The Euro political tumbrel keeps rumbling on

It is not necessary to be a soothsayer to foresee the political fall-out that will ensue following draconian fiscal measures being taken throughout Euroland in the wake of the Euro crisis. One could be easily forgiven for perceiving  the only solution, perhaps some would call it a mantra, that the Technocrats which now apparently govern Europe understand, is one of “Make the People Pay”.

It is all too easy for leaders comfortably buffered from the real hardships many in their populaces are undergoing, to fully understand the deep resentment many are held in as they introduce fiscal policies often amounting to a form of national self-flagellation. Policies that have led to loss of jobs, loss of housing, loss or reduction of pay and pensions and even cases of alleged starvation. Such policies to all but the seriously misguided could be considered a vote-winning agenda but which never-the-less appear to have been pursued with great zeal irrespective of the real cost to national populaces. Politicians have always promised that pain today is necessary for jam or a better future tomorrow. I must confess that as a pensioner, I am still waiting for tomorrow to arrive.

I cannot help but feel that as national elections start to take place throughout Euroland, many of todays leaders are likely to be cast into the political wilderness, possibly forever. Signs of this process are already becoming apparent. France is at present midway in it’s two stage election process with the current President Nicolas Sarkozy facing an uphill struggle to retain his position. Internal political upheaval has caused the Dutch Prime Minister to tender his resignation to pave the way for early elections.The Czech Republic is also facing similar upheaval while in Greece, one Prime Minster has been forced to resign and his successor may well be forced out of office in turn by fast approaching national elections. Italy too has seen a change in national leadership in the wake of the Euro crisis. Whatever the outcome of future national elections, the noise of the approaching political tumbrel weaving its way through Euroland can be clearly heard.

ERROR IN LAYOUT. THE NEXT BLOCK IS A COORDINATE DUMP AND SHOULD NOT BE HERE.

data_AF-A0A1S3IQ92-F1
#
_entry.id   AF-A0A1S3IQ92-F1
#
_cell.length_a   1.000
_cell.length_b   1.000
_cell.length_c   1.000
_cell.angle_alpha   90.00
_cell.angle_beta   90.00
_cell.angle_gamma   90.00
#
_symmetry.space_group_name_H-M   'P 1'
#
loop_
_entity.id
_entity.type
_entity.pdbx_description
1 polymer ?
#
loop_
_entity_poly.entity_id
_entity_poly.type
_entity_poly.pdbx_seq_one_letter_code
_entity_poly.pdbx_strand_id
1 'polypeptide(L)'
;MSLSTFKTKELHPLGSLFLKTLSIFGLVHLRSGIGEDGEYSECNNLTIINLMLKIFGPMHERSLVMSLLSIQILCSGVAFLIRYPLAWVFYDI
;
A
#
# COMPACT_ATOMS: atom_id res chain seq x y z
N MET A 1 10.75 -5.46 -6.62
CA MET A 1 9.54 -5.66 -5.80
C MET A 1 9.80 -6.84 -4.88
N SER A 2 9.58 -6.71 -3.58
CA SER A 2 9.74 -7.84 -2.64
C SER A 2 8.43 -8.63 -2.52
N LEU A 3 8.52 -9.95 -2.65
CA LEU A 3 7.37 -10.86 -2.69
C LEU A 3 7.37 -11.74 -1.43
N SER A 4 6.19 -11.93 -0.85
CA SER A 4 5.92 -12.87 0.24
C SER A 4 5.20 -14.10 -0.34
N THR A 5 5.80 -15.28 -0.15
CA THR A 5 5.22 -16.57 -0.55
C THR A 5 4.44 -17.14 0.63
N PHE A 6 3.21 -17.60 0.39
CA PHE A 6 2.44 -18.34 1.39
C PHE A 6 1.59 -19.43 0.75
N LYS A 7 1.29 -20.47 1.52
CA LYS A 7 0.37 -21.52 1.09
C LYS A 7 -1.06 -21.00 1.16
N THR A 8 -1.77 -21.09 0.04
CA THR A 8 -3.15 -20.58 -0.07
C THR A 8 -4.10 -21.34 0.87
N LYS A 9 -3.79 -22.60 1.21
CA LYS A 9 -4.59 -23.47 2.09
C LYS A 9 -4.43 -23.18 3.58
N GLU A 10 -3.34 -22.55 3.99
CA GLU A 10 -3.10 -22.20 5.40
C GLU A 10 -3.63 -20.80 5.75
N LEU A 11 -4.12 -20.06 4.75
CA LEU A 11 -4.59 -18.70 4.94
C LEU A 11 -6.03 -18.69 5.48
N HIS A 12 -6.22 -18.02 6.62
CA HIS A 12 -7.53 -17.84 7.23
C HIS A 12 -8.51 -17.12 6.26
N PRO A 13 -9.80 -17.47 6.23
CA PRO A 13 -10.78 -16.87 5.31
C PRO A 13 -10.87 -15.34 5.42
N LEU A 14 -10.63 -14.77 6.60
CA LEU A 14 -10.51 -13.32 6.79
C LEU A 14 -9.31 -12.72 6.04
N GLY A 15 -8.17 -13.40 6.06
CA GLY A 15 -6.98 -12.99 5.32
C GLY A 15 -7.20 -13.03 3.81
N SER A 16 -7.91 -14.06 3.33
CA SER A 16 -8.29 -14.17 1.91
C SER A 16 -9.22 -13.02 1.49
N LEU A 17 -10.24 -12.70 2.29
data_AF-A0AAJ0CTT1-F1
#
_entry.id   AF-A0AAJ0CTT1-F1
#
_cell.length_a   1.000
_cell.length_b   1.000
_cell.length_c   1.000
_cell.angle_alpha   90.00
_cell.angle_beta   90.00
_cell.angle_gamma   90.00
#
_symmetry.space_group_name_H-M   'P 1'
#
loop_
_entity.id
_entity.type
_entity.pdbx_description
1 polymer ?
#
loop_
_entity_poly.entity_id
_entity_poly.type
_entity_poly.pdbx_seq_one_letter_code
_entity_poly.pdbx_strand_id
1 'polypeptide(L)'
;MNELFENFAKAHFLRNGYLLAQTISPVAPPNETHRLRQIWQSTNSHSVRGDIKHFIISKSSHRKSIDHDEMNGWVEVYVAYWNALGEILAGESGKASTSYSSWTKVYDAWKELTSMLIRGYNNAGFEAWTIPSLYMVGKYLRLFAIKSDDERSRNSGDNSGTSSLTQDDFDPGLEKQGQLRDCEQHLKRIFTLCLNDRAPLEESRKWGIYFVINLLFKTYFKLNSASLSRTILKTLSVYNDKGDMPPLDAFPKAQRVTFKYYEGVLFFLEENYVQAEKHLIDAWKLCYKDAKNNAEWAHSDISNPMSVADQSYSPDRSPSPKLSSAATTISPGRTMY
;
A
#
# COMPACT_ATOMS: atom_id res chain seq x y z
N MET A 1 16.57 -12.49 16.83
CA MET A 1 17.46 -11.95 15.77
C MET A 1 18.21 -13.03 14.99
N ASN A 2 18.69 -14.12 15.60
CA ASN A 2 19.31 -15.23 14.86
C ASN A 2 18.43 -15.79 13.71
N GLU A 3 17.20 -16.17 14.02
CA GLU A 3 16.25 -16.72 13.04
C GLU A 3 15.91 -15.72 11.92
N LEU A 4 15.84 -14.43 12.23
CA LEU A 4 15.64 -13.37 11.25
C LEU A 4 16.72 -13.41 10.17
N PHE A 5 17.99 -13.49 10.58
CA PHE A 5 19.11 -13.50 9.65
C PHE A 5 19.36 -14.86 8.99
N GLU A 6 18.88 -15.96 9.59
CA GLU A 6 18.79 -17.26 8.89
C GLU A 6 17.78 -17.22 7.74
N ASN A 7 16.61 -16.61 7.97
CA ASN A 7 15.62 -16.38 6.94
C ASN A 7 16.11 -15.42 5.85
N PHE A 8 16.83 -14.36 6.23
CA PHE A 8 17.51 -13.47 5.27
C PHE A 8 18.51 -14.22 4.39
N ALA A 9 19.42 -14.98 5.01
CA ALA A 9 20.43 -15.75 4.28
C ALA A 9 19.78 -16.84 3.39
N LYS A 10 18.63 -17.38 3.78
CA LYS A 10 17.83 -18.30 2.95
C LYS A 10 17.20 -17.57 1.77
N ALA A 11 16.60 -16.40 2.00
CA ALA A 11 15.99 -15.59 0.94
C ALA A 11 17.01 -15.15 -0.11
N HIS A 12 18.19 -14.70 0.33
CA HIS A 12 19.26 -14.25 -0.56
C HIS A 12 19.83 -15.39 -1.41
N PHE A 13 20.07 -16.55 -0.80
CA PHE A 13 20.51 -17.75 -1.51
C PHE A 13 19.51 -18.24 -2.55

One of the greatest dangers in elections is the temptation for national populaces to turn to more radical political parties in their frustration if not outright hostility to more middle of the road parties, something that leaves me with a dark sense of foreboding for the future. A feeling that within the next few years, the political map of Europe is about to be rewritten, not necessarily for the better.

I suspect that future historians when looking back on the current European period will created a descriptive term to encapsulate events already in the making. Terms like “The Dark Ages” or the “Wind of Change” in Africa have already been used. Who knows what such a future descriptive term will be, or even if it will impart a sense of an optimistic or pessimistic period of time.

The Euro crisis like the tumbrel rumbles on